Serena Williams Loses U.S. Open After Arguing With Umpire Who Accused Her of Cheating

Serena Williams U.S. Open 2018
Serena Williams of the United States reacts after her defeat in the Women's Singles finals match to Naomi Osaka of Japan on Day Thirteen of the 2018 US Open at the USTA Billie Jean King National Tennis Center on September 8, 2018 in the Flushing neighborhood of the Queens borough of New York City.  Elsa/Getty Images

Serena Williams lost the U.S. Open women’s final to Naomi Osaka on Saturday, September 8, after arguing with the umpire, who accused her of getting illegal coaching.

Chair umpire Carlos Ramos gave the tennis champ a violation, claiming that she’d received illegal coaching from her player box during the first set of the match.

“I don’t cheat to win. I’d rather lose,” the 23-time Grand Slam champ, 36, told Ramos at Arthur Ashe Stadium in NYC, explaining that she’d gotten a thumbs up that was not coaching.

She subsequently smashed her racket and was given a code violation warning that led to a point penalty.

“I didn’t get coaching. You owe me an apology. I have never cheated in my life. I have a daughter and I stand for what’s right for her. I have never cheated. You owe me an apology.”

She continued to mouth off during a change of ends, according to The Telegraph, telling the umpire, “For you to attack my character is wrong. You owe me an apology. You will never be on a court with me as long as you live. You are the liar. You owe me an apology. Say it. Say you’re sorry. How dare you insinuate that I was cheating? You stole a point from me. You’re a thief too.”

She was given a game penalty and demanded that the tournament umpire be brought onto the court, where she continued her complaint.

“This is not fair. This has happened to me too many times,” she said. “Do you know how many other men do things that are a lot worse than that … It’s because I’m a woman.”

Shortly afterward Williams lost the match 2-6, 4-6, and while the players embraced, Williams refused to shake Ramos’ hand. Boos could be heard echoing across the court and Osaka, 20, was in tears as the winner’s presentation began and Williams put her arm around her.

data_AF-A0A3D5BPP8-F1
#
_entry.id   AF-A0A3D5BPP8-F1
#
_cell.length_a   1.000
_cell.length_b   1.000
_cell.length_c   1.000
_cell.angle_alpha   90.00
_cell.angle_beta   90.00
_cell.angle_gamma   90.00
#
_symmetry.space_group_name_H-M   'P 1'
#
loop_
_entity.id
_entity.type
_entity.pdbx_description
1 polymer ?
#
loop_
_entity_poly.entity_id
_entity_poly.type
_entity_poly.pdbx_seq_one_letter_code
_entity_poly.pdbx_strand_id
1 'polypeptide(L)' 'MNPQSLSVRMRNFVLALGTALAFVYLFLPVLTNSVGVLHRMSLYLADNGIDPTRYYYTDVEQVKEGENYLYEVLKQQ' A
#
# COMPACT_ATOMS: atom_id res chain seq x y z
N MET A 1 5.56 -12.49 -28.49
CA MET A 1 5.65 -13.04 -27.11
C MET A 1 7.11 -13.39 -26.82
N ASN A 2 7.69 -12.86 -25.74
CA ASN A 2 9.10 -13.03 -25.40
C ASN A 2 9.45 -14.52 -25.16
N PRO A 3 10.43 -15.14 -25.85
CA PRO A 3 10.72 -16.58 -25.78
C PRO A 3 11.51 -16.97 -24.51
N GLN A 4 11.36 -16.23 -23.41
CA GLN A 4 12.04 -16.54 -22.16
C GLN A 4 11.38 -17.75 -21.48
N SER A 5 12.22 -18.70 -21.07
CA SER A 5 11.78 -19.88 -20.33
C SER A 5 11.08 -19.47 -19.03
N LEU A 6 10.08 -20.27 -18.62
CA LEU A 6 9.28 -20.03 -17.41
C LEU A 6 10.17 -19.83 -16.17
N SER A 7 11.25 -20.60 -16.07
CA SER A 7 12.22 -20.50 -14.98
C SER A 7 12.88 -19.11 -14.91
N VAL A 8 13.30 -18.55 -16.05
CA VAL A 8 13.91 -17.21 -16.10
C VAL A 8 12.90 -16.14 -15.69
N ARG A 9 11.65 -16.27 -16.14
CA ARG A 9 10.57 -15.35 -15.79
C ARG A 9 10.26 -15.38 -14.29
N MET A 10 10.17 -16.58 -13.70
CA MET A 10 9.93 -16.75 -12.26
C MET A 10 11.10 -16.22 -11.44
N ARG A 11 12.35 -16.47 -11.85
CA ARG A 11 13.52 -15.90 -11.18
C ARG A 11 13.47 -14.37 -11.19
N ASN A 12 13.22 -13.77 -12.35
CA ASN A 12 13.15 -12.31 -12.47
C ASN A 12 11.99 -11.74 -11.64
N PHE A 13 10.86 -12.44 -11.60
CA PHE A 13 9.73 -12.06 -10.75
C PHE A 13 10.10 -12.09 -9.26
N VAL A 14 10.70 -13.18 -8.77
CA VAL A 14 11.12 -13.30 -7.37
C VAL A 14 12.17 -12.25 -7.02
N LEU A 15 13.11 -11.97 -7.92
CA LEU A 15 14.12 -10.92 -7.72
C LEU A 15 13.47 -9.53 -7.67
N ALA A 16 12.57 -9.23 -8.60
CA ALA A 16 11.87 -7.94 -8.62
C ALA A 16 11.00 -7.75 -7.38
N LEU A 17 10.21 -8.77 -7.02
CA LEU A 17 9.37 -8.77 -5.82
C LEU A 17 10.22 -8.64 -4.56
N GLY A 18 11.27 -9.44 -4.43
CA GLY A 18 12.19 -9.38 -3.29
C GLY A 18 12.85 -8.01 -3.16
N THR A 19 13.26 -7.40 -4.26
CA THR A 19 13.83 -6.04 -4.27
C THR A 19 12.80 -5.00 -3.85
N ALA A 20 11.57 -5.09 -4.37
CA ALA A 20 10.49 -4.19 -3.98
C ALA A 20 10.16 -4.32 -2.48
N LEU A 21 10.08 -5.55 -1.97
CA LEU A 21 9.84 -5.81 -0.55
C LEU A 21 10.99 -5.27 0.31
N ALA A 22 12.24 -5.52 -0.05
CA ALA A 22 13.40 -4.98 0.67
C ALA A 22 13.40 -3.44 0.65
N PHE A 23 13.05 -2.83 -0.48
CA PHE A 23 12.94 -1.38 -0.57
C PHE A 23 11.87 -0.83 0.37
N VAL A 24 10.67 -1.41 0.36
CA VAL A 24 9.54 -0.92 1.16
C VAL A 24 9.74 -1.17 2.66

In her runners-up speech, Williams’ voice broke as she said, “I don’t want to do questions. She played well, this is her first Grand Slam. I know you guys were rooting but let’s make this a great moment. Let’s not boo. Let’s be positive. Congratulations, Naomi. No more booing. Thank you to my team, you guys are amazing. Thank you to the crowd, you guys really are the best in the world. I really hope to play here again. It’s been tough here for me but thank you so much.”

Williams later got a standing ovation at the press conference following the match. “I can’t sit here and say I wouldn’t say he’s a thief because I thought he took a game from me,” she said of the umpire. “But I’ve seen other men call other umpires several things and I’m here fighting for women’s rights and for women’s equality and for all kinds of stuff and for me to say ‘thief’ and for him to take a game, it made me feel like it was a sexist remark. I mean, he’s never took a game from a man cause they said ‘thief.’ For me, it blows my mind.”

“I’m going to continue to fight for women and to fight for us to have equal — and [Alize] Cornet should be able to take her shirt off without getting a fine,” she continued. “This is outrageous, you know, and I just feel like the fact that I have to go through this is just an example for the next person that has emotions and wants to express themselves and wants to be a strong woman. And they’re going to be allowed to do that because of today. Maybe it didn’t work out for me but it’s going to work out for the next person.”

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